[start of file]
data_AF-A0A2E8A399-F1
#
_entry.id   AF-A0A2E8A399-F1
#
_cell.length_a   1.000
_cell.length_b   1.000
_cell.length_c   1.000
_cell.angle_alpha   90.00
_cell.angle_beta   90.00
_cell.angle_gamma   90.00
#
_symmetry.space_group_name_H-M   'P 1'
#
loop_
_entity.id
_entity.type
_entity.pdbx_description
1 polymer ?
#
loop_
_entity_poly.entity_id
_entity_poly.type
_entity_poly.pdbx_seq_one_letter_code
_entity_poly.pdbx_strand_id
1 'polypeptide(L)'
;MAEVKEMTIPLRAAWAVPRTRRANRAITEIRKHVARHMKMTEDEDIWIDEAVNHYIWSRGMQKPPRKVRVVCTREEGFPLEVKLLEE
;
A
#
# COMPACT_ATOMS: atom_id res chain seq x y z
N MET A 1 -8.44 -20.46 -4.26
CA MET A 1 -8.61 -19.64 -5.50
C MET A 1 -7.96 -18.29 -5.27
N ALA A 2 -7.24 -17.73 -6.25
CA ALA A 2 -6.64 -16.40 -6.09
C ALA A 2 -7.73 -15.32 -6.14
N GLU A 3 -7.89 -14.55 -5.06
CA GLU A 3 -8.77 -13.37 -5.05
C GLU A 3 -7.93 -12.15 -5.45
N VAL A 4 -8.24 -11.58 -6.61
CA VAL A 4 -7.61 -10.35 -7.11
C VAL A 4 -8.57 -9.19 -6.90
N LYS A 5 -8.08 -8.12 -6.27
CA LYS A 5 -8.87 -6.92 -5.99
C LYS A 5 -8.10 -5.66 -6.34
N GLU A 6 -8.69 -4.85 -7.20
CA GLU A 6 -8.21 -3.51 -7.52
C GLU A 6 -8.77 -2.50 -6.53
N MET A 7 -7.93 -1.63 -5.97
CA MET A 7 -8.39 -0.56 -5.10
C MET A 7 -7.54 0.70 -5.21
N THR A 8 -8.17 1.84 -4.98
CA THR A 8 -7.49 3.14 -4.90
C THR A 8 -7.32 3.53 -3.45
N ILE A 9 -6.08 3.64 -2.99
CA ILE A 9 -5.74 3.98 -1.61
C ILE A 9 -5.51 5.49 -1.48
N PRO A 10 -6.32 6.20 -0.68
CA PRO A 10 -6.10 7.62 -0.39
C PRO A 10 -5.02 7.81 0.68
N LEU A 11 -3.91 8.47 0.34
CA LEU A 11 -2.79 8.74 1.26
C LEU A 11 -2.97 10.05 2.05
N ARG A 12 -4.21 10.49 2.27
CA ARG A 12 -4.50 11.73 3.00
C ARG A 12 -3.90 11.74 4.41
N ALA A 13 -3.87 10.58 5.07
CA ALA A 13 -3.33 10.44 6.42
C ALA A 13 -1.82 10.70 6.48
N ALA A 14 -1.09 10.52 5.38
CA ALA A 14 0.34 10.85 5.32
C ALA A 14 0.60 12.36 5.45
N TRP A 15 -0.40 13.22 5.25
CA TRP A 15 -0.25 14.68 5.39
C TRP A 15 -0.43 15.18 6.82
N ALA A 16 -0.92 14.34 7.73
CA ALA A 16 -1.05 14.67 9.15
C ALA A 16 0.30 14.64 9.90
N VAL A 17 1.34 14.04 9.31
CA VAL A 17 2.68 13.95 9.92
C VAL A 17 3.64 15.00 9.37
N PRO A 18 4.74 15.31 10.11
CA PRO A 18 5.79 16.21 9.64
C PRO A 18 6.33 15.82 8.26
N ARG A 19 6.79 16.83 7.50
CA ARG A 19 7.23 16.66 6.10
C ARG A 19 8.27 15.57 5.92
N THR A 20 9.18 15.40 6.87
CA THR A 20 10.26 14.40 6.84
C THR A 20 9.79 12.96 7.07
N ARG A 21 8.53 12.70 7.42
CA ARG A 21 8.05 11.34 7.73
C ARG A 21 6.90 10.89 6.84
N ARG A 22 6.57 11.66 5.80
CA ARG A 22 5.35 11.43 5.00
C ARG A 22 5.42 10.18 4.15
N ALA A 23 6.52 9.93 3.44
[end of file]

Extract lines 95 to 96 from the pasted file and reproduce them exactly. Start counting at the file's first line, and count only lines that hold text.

CA ARG A 22 5.35 11.43 5.00
C ARG A 22 5.42 10.18 4.15